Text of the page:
The Horror, the Horror

Horror has been a major component of my writing career. Of the sixteen tabletop role-playing projects I’ve worked on that have been published so far, at least ten are overtly horror-themed. Both of my published short stories are horror or dark fantasy. While I have concerns about being pigeonholed, the horror genre has been good to me so far.

Not everyone likes horror. Friends have approached me, apologetic that they haven’t read my fiction because they don’t like horror. I’ve been deeply touched by this: they are apologizing for not buying a book they won’t like just to show their support for me.

Ever since I discovered ghost stories and Lovecraft back in my teens, horror has held me in its spell. I like science fiction; I enjoy classic fantasy; I LOVE a good ghost story, and it doesn’t need to have a happy ending to work well. Perhaps, in the times in which we live, real-life horror is too close to us, and so horror as entertainment loses some of it’s appeal for many people. I can certainly understand that. At the same time the supernatural is one of my many obsessions, and since supernatural entities don’t always share the same sense of morality that humans do, we often find horror and the supernatural hand-in-hand in fiction.

In trying to move my writing career to the next level, I’ve discovered that, while I’m well connected in the gaming world, my networking in the world of fiction is sorely lacking. The number of times I’ve seen anthologies go by — on Kickstarter, or just in general promotion or in bookstores — that I would’ve given my left arm for a chance to submit a story to, has made this conclusion all too clear. That’s why I’ve committed myself to attend World Horror convention — StokerCon — in Lansing, MI in May of 2019. Not only will it be a chance to make those all-important networking connections, but also an excellent opportunity to participate in workshops and panels to learn more about honing my skills as an author. I had been thinking of attending this year, but logistics grew complicated, and I had to bail out beofre I could really commit to anything.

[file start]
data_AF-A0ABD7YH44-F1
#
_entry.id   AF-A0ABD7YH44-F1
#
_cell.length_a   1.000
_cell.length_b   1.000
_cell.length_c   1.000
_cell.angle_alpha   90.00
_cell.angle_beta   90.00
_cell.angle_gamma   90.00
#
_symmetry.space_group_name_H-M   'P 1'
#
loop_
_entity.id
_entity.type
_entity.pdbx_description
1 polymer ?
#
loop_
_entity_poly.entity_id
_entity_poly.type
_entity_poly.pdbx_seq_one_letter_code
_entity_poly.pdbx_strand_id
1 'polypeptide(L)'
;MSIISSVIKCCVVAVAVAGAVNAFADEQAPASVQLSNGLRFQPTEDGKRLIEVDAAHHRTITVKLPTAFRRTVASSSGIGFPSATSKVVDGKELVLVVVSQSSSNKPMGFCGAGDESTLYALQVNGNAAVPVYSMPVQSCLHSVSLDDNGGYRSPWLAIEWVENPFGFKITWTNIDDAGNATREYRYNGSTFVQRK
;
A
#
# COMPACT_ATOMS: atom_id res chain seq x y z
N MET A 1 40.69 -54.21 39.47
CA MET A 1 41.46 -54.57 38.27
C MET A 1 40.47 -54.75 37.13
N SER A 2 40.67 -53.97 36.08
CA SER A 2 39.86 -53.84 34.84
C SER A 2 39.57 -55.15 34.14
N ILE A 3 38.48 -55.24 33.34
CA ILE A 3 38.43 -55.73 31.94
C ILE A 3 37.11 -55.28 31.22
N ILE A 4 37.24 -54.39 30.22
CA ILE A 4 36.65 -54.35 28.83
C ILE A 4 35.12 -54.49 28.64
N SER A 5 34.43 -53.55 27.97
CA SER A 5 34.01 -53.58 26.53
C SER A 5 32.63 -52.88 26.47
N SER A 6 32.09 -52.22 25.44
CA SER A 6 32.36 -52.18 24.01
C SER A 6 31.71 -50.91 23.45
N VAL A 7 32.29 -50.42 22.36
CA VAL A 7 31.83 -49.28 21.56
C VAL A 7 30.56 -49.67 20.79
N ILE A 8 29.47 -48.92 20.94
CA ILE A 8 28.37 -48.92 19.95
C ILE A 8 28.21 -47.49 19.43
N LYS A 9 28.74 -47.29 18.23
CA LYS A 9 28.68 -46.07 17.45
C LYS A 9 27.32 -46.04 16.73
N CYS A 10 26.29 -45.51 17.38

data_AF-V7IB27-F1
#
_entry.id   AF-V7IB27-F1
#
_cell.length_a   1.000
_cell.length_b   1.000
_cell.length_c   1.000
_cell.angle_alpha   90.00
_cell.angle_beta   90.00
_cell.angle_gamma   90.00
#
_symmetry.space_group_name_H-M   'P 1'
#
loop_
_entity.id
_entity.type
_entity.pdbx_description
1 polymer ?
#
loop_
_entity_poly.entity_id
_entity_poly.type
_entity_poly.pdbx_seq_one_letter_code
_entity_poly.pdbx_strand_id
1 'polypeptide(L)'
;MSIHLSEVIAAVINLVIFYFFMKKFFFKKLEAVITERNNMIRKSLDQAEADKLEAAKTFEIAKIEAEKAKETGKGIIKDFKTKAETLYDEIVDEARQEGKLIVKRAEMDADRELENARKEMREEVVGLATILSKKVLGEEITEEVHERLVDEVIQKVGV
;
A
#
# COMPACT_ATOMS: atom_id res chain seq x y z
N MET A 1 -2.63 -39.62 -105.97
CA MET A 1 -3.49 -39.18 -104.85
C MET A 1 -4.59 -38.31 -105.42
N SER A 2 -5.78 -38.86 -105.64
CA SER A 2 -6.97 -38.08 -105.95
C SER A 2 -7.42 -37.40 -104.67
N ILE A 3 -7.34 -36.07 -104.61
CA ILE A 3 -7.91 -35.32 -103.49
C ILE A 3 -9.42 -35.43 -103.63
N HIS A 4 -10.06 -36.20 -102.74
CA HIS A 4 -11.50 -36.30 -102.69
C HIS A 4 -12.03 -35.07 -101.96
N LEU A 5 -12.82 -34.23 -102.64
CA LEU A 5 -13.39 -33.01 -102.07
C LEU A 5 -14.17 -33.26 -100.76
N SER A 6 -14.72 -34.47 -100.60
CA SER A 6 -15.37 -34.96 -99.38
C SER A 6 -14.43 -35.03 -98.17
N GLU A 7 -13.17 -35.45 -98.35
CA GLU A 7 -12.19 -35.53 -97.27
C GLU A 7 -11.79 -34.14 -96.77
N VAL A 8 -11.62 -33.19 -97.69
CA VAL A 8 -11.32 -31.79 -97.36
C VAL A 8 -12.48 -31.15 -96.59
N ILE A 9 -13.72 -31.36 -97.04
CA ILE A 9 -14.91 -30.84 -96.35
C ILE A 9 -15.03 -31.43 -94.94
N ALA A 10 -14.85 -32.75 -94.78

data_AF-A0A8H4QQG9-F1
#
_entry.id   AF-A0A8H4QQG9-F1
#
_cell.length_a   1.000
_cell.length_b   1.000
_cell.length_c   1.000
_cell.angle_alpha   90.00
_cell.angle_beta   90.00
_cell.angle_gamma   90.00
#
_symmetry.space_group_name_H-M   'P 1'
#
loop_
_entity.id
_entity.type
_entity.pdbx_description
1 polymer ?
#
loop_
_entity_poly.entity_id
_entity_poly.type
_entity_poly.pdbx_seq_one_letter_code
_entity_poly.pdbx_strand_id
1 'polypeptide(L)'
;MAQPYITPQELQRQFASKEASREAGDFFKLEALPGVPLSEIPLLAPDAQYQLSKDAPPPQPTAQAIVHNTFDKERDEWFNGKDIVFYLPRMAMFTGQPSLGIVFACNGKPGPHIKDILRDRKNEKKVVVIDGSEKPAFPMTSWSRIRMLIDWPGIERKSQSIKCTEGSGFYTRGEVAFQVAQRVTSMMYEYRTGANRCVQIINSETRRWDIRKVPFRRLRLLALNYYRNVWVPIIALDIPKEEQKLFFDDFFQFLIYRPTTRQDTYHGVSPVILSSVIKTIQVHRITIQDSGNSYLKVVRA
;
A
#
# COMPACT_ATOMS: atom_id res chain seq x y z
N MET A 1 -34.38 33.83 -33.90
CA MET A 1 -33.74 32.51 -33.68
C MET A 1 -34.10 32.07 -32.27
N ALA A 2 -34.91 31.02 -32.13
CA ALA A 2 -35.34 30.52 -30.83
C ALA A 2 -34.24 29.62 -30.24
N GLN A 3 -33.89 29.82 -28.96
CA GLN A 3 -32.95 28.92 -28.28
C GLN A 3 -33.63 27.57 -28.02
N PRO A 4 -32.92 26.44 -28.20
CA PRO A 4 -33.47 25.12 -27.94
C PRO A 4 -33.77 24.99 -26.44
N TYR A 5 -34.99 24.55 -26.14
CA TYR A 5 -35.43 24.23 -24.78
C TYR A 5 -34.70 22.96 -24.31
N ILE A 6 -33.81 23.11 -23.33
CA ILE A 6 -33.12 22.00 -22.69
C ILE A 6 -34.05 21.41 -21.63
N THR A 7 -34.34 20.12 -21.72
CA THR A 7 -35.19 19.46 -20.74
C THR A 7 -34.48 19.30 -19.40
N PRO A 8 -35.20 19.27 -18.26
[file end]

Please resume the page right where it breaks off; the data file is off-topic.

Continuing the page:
Being more like a professional convention or trade show, the price to attend is steep to discourage casually interested parties from clogging up the hallways. I’ve already ponied up my $130 to pre-register — yes, that’s the cost of a membership more than 13 months out from the event — and am waiting with baited breath for the hotel link to go live so I can lock in my reservation.

Horror isn’t for everyone. No one should feel bad that they don’t like something that their friend enjoys, so if you’re not a horror fan, don’t sweat it. I do intend to write other fiction in the very near future (I’m working on edits for a non-horror short story right now, in fact, that — fingers crossed — sees print before year’s end) and I hope when that work comes out, my readers who are non-horror fans will have something they can read and (hopefully!) enjoy of my writing.

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